This information is taken from the statutory List as it was in 2001 and may not be up to date.
TQ 4479 PLUMSTEAD ROAD SE18 (North side)
786/9/51 Royal Arsenal Former new Carriage Store (building 10) 06/06/73
Carriage works, smitheries and workshops, disused. 1802-05, altered C19, central courtyard totally rebuilt 1937 and 1967. Polychromatic stock brick with pitched slate roof, with galvanised asbestos and outer lead-clad roofs. PLAN: Single-depth ranges around a large courtyard, with central vehicle entrances to front (north) and rear (south) and single vehicle entrances to middle of both sides. EXTERIOR: The best-preserved section is the 2-storey north range; symmetrical 3:9:3:9:3:9:3-fenestration under a dentil cornice, the middle 3 pedimented bays set forward with plat band, central round arch flanked by oculi, and a square clock tower behind with ogee roof and iron finial. Flanking sections have gauged brick round-arched ground-floor and segmental-arched first-floor windows, mostly with 6/6-pane sashes; linking gateways have round carriage archways defined by 4 pilasters to coped parapets, the right-hand one with an inserted roller blind, the left-hand one with an inserted tripartite window. The outer former corner engine houses have segmental-arched ground-floor windows and blind panels above, parapets and tall lanterns. Single-storey side and rear ranges. W side range in similar style as the corner blocks, with central entrance sections with a round-arched gateway flanked by parapets with sunken panels set over segmental-arched windows. The E range was largely rebuilt in the later C19 and mid C20, leaving only fragments of the early C19 building; the rear (south) range was also partly rebuilt but is more complete, retaining one early C19 entrance, and is obscured to its eastern half by later extensions. INTERIOR: former courtyard area largely altered 1960s. Includes C19 iron roof trusses to single-depth outer ranges; south-central room notable as retaining colonnaded south wall, with bolting holes for line-shafting brackets to cast-iron columns; see RCHME report for further details. HISTORICAL NOTE: The Royal Carriage Factory produced gun carriages and mounted cannon on them; it was founded in 1728, and the building damaged by fire in 1802. The present building may incorporate some of the earlier structure, and surrounded a large smithery within the courtyard. The front (north) range is the most complete and significant remaining element of the 1802-5 factory building, and the eastern and southern (rear) ranges have been partly rebuilt. Although the east and south ranges clearly have less intrinsic interest than the more complete north and west ranges, they are included in the listing because they comprise part of the courtyard plan, which defines the extent of one of the largest planned groups of engineering workshops of its period in the world, also illustrative of the scale of cannon making in the Napoleonic Wars: only fragments have survived from the internal courtyard, which originally comprised open avenues planned around three parallel smitheries, each flanked by wheelers' shops.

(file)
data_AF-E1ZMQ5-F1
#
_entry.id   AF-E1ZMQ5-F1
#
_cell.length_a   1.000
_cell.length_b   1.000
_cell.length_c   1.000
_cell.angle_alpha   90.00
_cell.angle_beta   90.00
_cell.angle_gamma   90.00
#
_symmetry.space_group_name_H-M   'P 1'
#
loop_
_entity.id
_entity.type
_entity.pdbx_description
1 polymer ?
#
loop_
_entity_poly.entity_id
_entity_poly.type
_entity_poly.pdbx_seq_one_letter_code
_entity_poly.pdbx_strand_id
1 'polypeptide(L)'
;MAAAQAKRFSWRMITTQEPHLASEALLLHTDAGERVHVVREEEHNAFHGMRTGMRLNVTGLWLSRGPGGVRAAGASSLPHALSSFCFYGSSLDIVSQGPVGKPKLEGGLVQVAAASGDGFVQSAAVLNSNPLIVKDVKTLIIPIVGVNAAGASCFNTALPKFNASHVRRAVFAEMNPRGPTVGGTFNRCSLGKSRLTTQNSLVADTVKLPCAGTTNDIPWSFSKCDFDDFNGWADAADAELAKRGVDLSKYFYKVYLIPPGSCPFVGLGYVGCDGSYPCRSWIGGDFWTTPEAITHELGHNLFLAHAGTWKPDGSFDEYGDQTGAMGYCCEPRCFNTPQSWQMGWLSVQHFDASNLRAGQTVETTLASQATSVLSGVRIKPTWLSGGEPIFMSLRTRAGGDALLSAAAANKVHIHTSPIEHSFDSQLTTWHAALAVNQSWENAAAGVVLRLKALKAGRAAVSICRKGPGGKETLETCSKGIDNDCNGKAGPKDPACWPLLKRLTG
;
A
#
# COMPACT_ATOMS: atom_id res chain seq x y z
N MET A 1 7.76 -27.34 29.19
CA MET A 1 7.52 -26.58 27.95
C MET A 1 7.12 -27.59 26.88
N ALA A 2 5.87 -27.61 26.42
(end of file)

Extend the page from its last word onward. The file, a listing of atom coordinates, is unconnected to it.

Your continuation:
(RCHME report, 1994)
Listing NGR: TQ4392079121